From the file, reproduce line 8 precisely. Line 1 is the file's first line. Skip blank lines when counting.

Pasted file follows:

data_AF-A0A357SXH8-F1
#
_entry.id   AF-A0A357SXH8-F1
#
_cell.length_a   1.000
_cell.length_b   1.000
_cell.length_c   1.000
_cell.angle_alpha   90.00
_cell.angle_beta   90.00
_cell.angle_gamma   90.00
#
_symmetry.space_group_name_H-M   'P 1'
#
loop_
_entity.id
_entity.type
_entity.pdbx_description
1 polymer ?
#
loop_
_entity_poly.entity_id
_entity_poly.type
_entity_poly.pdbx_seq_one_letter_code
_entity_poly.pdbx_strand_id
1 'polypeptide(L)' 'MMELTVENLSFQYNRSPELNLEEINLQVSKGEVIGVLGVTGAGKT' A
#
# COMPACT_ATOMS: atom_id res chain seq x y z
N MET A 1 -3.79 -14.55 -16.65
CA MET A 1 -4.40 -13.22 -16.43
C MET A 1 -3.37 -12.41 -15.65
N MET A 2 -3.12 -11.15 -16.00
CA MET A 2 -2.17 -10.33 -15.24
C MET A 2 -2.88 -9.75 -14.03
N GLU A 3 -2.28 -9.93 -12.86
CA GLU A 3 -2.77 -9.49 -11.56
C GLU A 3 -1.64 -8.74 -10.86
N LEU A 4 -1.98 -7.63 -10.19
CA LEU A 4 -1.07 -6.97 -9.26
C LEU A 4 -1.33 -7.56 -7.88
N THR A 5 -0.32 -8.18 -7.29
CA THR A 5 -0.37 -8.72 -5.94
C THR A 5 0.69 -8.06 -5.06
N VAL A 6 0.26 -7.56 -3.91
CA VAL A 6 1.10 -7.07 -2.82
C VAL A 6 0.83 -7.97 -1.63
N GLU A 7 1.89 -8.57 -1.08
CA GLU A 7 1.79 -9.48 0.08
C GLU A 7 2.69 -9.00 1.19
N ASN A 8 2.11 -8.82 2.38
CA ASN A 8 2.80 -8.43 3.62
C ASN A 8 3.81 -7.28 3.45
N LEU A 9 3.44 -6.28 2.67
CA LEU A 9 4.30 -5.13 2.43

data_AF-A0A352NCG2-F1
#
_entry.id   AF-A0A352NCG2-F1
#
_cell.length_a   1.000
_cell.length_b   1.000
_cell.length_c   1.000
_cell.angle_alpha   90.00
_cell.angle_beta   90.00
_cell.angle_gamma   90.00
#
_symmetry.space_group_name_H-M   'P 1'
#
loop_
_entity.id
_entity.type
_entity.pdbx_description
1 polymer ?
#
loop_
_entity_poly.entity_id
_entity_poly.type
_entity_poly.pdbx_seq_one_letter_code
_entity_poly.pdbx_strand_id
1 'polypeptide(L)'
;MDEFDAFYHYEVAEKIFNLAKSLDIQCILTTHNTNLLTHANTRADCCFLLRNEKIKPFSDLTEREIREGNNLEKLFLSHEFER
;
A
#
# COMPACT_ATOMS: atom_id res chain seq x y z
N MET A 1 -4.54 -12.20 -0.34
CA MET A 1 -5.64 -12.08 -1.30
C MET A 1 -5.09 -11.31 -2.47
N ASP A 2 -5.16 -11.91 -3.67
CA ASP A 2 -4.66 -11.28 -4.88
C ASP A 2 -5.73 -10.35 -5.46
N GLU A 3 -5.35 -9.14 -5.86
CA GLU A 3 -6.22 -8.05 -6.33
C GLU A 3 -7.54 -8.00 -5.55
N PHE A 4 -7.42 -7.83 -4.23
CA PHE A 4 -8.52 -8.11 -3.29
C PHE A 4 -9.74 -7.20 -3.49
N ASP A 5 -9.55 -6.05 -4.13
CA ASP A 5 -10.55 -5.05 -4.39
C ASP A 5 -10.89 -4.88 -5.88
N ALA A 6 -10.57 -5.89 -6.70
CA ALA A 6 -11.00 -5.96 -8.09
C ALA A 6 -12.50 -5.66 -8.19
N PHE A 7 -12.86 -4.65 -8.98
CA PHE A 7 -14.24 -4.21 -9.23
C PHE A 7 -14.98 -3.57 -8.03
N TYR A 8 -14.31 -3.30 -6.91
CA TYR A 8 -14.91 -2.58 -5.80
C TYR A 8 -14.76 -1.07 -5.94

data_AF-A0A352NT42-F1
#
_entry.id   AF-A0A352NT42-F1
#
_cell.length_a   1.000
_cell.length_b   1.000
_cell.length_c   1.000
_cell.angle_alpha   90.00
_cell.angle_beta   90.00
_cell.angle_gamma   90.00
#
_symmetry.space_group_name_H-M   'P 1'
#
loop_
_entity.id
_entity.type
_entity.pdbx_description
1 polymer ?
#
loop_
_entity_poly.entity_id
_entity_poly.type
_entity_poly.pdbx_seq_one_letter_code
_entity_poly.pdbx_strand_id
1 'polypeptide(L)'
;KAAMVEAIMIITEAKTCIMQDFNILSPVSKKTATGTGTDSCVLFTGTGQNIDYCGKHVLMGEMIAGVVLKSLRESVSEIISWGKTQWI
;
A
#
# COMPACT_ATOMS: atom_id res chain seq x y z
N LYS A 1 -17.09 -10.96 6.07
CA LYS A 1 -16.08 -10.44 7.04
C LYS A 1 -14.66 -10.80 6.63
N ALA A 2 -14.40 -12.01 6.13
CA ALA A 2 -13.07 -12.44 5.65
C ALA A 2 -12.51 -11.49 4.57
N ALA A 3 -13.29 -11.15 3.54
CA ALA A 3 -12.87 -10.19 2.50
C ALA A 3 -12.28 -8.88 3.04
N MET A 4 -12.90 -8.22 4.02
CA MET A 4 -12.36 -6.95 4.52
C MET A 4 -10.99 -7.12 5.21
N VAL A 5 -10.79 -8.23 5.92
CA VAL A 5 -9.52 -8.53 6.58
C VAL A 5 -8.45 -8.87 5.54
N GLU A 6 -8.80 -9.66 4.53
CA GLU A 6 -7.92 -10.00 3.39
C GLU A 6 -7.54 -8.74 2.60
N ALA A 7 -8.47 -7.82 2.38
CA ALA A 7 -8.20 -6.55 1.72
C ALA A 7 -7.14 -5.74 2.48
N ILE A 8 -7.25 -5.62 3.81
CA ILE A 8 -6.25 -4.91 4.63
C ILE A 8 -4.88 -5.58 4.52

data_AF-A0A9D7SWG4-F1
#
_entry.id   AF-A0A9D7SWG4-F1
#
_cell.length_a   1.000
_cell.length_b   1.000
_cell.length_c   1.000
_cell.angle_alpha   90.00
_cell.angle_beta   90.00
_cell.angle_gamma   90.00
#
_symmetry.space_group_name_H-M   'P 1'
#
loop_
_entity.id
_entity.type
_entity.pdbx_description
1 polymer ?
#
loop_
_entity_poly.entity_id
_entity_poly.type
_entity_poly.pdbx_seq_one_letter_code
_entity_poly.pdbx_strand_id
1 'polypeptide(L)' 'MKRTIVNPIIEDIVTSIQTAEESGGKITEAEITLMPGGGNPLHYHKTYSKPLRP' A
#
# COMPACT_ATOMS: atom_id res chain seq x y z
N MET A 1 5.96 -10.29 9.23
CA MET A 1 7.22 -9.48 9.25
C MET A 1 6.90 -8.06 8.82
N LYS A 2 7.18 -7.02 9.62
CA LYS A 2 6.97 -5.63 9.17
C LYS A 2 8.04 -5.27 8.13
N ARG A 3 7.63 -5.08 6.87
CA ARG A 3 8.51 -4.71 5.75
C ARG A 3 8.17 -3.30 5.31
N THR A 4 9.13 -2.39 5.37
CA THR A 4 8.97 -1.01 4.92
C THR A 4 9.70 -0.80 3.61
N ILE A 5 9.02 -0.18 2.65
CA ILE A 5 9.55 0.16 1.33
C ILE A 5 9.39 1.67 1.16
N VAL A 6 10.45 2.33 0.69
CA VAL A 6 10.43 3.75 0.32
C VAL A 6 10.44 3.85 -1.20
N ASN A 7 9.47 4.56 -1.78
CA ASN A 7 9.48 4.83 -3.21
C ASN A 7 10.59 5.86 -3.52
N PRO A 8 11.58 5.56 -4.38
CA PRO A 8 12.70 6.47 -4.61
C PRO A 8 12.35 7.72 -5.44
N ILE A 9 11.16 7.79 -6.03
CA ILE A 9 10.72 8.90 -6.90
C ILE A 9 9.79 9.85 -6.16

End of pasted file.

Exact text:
_cell.angle_alpha   90.00